Sunday, June 26, 2016

Trump and the Brexit

When the vote for the UK's referendum on exiting the EU--the Brexit--was finally called, it was around 8:30 pm on a Thursday, West Coast time. That gave the media just long enough to think about the implications to have solidified one common point by the morning: the Brexit and the Donald Trump phenomenon in the US seemed highly analogous in some relevant (but never defined) way. It didn't help that Trump was in Scotland, busily making that same connection himself.

But what are the connections? The Trump vote is anchored by a visible cohort of working-class whites who are principally driven by racial animus. Upon their complaints are draped (by themselves and, compliantly, the media) the more decorous claims of economic hardship, but this is an evident dodge. Hillary far outperforms Trump among those earning less than $50,000 (53% - 36%). She outperforms him in nearly every region of the country: North East (+22%), Midwest (+11%), and West (+12%). She trails only in the South (-12%), where those white voters have a certain distinctive cultural and historical context. In that that specific historical and cultural context--slavery, civil war, Jim Crow, and the post-civil-rights era GOP realignment--we see the grievances of a large chunk of the Trump bloc. 

How to connect that to an apple grower in Herefordshire? It is part of the American experience to see the grievances of American whites through the lens of race--so much so that we can't see that the immigrant that angers the Herefordshire orchardist is a white guy from Poland. Poles are the stand-in in the British narrative for the invading "other."  It's so hard for Americans not to see this in racial terms, because for Americans everything is racial, but this is where the phenomena of Trump and the Brexit most obviously diverge. 

The British don't share the history of the Alabaman. As recently as a century ago, they controlled the most powerful empire since the Romans. They ruled it from off the shore of Europe, a separation that figures hugely in their self-conception. Those on the other side of the English Channel were the others, the ones who came from time to time in boats (and later, planes) as would-be conquerors. Their otherness, of course, was not predicated on race, but nationality, place, culture, religion (sometimes), and blood.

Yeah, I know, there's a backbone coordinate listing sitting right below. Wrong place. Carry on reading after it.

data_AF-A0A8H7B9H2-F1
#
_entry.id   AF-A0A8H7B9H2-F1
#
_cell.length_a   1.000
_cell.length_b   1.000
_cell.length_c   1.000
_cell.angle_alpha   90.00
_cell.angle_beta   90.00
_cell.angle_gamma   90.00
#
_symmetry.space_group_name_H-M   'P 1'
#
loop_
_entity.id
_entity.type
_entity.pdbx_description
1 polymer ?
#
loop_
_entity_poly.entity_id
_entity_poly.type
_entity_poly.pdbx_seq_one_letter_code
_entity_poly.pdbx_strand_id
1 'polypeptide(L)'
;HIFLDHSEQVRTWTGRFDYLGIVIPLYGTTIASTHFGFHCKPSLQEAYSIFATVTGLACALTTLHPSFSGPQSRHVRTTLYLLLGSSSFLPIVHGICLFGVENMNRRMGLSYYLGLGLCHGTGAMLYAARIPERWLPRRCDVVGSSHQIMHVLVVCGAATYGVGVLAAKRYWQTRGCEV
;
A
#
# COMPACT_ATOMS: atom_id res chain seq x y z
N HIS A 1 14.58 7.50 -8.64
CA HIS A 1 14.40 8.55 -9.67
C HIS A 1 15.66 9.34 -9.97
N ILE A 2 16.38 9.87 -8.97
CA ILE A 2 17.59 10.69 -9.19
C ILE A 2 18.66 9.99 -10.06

Old rural English people scared of immigrants voted to leave the EU and old rural American people scared of immigrants vote for Trump. They're the same. They're not. Nor are the immigrants. The flavors of xenophobia are varied, and never interchangeable. 

The fixation on connecting Trump and the Brexit would be harmless enough if it were constrained to election predictions. But if Trump does win in November and we have delved no deeper into the causes of that victory than to say they were the same as those who voted to leave the EU, we will have failed to understand the actual forces at work. The UK and US have very different pasts, different histories, different wounds, and different cultures. We are motivated not by amorphous, global grievances, but the very specific ones that create the world we see around us.

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